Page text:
Therapeutic Advances in Chronic Disease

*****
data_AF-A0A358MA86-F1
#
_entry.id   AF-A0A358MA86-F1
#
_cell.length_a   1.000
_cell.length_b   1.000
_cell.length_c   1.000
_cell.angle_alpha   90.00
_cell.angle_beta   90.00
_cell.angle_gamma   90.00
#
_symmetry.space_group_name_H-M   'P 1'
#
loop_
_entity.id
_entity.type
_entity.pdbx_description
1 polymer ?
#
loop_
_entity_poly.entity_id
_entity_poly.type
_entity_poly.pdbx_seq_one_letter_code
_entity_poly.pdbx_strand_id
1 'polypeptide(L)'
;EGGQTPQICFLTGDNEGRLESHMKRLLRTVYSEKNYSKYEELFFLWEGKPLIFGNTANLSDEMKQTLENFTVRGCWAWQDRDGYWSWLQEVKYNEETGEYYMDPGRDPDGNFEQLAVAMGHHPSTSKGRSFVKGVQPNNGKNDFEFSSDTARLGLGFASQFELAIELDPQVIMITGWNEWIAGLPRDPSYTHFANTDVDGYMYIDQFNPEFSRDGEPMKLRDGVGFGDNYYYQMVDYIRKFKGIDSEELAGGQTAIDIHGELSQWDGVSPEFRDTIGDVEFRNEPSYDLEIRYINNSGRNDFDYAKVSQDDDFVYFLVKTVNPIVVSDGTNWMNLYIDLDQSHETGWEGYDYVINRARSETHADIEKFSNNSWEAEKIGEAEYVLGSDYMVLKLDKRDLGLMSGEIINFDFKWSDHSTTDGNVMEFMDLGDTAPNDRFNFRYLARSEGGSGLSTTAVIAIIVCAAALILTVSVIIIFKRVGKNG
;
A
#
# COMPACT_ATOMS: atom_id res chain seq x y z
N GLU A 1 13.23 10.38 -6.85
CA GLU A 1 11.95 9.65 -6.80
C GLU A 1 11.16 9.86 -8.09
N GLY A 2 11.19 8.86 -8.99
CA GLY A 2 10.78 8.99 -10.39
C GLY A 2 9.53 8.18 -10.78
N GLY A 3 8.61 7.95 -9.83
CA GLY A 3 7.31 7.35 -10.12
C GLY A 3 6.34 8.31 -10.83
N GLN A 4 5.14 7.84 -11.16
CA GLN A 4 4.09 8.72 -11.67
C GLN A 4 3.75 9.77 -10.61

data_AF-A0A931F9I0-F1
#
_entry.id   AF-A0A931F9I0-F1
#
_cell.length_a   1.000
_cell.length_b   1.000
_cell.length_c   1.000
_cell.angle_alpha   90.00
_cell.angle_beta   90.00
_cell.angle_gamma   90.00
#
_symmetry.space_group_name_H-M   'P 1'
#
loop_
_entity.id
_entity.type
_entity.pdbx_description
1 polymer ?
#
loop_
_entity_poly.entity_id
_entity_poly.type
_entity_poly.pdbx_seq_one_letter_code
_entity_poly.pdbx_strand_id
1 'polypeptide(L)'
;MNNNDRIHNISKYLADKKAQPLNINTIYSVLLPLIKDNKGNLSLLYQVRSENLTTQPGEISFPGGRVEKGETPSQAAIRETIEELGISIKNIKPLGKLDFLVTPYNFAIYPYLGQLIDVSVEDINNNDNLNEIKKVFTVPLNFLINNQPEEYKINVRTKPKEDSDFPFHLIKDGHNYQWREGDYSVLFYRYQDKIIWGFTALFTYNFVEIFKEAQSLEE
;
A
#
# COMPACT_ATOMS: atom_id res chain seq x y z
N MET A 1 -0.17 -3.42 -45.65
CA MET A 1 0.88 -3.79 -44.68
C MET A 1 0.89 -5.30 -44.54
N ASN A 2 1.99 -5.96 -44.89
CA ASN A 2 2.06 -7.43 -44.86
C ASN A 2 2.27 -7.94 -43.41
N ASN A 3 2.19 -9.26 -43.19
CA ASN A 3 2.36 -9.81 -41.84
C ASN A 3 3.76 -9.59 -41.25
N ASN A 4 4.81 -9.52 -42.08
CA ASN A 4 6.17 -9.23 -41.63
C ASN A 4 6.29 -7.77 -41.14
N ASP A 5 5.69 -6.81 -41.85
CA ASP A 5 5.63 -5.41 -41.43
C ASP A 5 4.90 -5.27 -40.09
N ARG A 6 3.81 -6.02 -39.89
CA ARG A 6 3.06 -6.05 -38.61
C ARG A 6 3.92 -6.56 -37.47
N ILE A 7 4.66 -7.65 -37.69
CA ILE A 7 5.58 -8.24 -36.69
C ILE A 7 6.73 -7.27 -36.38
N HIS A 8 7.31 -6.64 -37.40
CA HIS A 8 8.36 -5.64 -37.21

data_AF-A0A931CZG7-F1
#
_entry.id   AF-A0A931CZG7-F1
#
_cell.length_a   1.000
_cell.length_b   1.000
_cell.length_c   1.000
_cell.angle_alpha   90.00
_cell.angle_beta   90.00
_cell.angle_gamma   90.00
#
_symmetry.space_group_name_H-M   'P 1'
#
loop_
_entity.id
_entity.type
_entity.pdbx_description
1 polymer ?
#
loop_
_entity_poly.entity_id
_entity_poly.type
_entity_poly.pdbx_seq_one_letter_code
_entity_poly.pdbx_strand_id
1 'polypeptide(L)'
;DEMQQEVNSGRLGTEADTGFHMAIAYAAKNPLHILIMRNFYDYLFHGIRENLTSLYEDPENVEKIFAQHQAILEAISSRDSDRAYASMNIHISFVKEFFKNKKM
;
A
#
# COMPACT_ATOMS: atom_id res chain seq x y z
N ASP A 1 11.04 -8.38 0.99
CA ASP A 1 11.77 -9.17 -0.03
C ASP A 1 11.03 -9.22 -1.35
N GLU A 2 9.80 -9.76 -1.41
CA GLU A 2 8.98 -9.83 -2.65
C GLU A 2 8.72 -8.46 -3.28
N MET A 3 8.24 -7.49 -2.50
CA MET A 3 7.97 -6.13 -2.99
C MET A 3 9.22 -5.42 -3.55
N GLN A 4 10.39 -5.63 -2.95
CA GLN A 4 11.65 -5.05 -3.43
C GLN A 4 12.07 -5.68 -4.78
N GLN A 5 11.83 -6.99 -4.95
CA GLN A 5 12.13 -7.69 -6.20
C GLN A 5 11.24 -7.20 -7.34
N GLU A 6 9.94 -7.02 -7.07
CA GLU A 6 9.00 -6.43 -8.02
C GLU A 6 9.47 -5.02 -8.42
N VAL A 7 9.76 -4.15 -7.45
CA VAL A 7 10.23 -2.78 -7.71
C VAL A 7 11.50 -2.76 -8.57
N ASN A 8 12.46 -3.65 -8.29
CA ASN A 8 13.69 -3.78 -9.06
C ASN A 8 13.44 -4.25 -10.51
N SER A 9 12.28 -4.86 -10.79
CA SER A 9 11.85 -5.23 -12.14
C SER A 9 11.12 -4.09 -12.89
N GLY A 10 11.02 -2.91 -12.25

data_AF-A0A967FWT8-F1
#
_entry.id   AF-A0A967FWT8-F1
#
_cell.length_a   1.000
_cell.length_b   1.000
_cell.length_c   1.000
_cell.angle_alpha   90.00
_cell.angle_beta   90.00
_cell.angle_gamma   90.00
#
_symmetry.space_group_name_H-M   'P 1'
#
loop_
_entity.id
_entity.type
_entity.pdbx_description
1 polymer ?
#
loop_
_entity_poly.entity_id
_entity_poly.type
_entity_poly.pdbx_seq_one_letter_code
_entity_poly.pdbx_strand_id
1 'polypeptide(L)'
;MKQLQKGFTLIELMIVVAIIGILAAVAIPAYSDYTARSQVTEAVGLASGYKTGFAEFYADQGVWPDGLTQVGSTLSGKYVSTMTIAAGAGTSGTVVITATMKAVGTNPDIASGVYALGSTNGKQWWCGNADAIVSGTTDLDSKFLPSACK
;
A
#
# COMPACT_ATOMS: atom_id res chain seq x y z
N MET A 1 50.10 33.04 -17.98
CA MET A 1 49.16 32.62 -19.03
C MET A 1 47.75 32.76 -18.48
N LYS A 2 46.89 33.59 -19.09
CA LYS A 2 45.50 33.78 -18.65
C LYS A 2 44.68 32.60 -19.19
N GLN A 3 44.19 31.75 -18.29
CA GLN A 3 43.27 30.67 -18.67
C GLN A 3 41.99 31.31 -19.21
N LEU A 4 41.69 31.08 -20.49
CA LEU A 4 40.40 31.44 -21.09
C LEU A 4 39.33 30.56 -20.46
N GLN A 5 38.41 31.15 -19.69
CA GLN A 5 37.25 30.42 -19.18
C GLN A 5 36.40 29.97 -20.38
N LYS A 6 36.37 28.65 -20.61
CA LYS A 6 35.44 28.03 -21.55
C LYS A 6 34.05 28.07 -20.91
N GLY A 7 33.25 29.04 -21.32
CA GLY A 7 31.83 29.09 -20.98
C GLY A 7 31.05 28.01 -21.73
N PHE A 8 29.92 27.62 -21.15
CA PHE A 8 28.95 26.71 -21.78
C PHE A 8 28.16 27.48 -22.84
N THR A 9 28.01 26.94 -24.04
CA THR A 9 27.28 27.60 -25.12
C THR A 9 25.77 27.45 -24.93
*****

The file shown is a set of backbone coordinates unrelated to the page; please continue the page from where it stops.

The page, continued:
Therapeutic treatment options for chronic autoimmune disorders such as multiple sclerosis (MS) rely largely on the use of non-specific immunosuppressive drugs, which are not able to cure the disease. Presently, approaches to induce antigen-specific tolerance as a therapeutic approach; for example, by peptide-based tolerogenic ‘inverse’ vaccines have regained great interest. We have previously shown that coupling of peptides to carriers can enhance their capacity to induce regulatory T cells in vivo.In this present study, we investigated whether the tolerogenic potential of immunodominant myelin T-cell epitopes can be improved by conjugation to the synthetic carrier polyethylene glycol (PEG) in an experimental autoimmune encephalomyelitis (EAE) mouse model for chronic MS (MOG C57BL/6).Preventive administration of the PEGylated antigenic peptide could strongly suppress the development of EAE, accompanied by reduced immune cell infiltration in the central nervous system (CNS). Depletion of regulatory T cells (Tregs) abrogated the protective effect indicating that Tregs play a crucial role in induction of antigen-specific tolerance in EAE. Treatment during the acute phase of disease was safe and did not induce immune activation. However, treatment at the peak of disease did not affect the disease course, suggesting that either induction of Tregs does not occur in the highly inflamed situation, or that the immune system is refractory to regulation in this condition.PEGylation of antigenic peptides is an effective and feasible strategy to improve tolerogenic (Treg-inducing) peptide-based vaccines, but application for immunotherapy of overt disease might require modifications or combination therapies that simultaneously suppress effector mechanisms.